Steve Miller Band Flies Like an Eagle… Into the Rock and Roll Hall of Fame


Recently, I asked people to describe the Steve Miller Band in one word. Replies included: ‘groundbreaking,’ ‘unforgettable,’ ‘magical,’ and ‘legend.’ Turn on any rock radio station and before too long, you’ll hear the opening strains of “Big Old Jet Airliner,” “Jungle Love,” “Take the Money and Run,” or “Fly Like an Eagle;” each song featuring Steve’s unforgettable vocals and guitar.

So, it came as a tremendous shock to learn Steve Miller was not already in the Rock and Roll Hall of Fame. The news launched fans into action, spearheading a massive Facebook drive and online vote that added Steve to the Class of 2016.

This kind of response is a testament to the lasting power of an incredible singer/songwriter/guitarist who blended blues, gospel and rock into a string of hits that are as easily recognizable now as when they first hit the airwaves in the 1970s.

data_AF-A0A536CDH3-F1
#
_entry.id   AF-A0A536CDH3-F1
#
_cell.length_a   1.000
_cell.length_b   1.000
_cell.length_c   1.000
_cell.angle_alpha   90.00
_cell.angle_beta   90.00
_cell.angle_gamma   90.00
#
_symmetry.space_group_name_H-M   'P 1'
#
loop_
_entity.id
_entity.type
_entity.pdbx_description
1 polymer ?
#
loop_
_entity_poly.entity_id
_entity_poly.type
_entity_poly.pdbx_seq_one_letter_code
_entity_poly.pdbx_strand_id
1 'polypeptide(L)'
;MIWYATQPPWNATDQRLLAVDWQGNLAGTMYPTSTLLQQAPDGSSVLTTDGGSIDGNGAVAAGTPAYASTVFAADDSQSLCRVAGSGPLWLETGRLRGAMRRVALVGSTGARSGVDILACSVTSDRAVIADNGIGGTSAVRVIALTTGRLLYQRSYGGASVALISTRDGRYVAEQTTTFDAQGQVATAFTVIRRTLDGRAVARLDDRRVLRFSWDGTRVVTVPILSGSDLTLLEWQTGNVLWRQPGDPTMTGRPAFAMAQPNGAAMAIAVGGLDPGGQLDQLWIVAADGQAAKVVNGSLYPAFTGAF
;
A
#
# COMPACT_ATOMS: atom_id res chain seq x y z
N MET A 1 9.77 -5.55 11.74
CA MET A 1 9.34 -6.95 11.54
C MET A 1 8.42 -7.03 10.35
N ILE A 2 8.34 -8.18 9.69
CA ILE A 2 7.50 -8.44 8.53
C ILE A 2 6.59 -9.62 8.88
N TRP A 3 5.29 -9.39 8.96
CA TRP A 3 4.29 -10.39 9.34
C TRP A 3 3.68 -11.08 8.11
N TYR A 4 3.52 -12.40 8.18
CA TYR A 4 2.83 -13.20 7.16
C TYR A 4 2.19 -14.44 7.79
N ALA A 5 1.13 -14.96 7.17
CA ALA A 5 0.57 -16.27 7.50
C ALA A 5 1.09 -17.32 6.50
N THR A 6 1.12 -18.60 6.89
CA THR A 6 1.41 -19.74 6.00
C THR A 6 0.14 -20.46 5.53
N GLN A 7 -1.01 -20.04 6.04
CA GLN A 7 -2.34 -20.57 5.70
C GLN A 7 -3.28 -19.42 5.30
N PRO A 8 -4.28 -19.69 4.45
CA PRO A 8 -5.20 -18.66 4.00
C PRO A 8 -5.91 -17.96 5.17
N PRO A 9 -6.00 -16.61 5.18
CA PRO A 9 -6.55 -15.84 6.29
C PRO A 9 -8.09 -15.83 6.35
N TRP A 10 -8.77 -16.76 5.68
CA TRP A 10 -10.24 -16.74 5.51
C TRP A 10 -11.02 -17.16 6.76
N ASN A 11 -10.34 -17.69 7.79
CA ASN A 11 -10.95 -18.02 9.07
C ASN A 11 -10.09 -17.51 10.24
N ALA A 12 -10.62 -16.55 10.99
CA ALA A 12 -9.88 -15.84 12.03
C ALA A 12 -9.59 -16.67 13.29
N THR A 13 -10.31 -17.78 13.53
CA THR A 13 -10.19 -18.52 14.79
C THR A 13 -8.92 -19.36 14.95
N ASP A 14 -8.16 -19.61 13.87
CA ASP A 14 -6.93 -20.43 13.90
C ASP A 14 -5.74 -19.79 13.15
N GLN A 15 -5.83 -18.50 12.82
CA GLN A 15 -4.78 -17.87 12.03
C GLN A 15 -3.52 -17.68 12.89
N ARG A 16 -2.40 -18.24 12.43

Heart guitarist and co-founder Roger Fisher shared the first time he met the iconic musician.

“I remember heart hanging around with Steve Miller backstage at a little river band concert. We were good friends with Little River Band and Steve was, too. One thing about him back then was that when Steve came around, everything was comfortable and happy and good; he was so full of good vibes.”

Roger explained why he believes Steve’s music is so ageless, using “Big Old Jet Airliner” as an example.

“I thought Big Old Jet Airliner was kind of a simple song. Heart’s music was very deep, profound, and real, but a song like Big Old Jet Airliner was very simple and kind of innocent in a way. It was after it stood the test of time that I realized it deserved to withstand the test of time, for different reasons than Heart’s music. A song doesn’t need to have a message to be a song to be performed and heard. It needs to have a special value that is of value, like just entertainment is good enough.  Big Old Jet Airliner is a love song about home, and how precious home becomes when you’re on the road.”